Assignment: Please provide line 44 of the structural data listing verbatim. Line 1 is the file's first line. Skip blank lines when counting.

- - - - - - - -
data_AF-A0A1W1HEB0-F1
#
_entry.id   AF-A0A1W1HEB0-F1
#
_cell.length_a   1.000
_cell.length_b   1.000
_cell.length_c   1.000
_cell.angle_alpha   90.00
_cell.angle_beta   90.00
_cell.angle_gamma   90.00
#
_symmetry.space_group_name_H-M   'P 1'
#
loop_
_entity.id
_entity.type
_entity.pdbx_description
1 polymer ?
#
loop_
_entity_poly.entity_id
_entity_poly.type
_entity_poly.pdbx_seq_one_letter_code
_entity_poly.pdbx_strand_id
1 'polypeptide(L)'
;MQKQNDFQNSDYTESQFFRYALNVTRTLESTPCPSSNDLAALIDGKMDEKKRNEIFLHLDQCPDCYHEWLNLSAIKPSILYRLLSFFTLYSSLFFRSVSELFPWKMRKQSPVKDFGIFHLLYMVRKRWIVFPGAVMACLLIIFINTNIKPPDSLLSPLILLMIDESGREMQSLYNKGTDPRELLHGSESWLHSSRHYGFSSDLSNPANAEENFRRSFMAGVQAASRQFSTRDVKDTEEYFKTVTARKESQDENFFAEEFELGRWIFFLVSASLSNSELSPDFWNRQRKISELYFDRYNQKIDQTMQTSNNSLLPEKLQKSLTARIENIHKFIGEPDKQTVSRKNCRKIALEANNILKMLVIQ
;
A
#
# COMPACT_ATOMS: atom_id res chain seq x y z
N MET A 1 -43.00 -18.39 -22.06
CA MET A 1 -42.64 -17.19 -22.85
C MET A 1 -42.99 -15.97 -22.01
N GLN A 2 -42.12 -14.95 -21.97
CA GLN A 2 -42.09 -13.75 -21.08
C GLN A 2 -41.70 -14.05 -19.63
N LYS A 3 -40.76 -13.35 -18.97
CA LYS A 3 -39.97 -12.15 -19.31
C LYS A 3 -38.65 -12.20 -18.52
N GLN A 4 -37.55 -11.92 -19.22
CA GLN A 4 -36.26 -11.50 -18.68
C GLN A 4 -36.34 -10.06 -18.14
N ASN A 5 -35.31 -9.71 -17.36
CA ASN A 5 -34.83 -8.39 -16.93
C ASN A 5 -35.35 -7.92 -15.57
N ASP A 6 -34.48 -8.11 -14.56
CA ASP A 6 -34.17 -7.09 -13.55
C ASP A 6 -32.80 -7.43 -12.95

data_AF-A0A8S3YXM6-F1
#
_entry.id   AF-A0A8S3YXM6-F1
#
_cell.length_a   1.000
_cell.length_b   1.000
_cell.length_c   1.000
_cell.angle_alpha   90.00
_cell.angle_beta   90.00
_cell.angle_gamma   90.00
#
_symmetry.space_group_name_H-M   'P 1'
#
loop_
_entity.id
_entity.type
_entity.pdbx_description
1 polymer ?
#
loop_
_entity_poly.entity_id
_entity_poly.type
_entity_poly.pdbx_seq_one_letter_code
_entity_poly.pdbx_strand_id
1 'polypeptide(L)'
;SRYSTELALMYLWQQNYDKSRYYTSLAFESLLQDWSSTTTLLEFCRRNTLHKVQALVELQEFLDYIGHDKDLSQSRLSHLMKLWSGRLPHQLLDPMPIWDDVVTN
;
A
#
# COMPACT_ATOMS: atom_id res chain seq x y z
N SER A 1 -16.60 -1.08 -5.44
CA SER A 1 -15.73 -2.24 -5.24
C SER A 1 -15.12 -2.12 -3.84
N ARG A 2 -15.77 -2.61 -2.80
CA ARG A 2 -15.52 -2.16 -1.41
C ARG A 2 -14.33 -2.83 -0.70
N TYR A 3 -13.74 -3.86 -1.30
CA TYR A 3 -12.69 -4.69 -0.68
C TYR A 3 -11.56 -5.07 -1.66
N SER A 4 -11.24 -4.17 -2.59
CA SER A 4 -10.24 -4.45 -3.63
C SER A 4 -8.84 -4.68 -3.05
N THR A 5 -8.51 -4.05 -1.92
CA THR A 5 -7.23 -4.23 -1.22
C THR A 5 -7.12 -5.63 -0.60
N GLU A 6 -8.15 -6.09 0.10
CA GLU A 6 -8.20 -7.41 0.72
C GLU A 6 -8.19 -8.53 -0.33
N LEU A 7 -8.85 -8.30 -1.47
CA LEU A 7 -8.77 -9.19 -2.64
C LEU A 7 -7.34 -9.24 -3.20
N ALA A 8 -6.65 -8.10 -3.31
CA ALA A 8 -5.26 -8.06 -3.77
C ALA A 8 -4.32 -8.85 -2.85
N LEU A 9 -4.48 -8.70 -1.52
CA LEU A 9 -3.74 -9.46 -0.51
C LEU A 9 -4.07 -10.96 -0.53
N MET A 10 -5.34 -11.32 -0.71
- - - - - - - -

CA ASN A 5 -34.83 -8.39 -16.93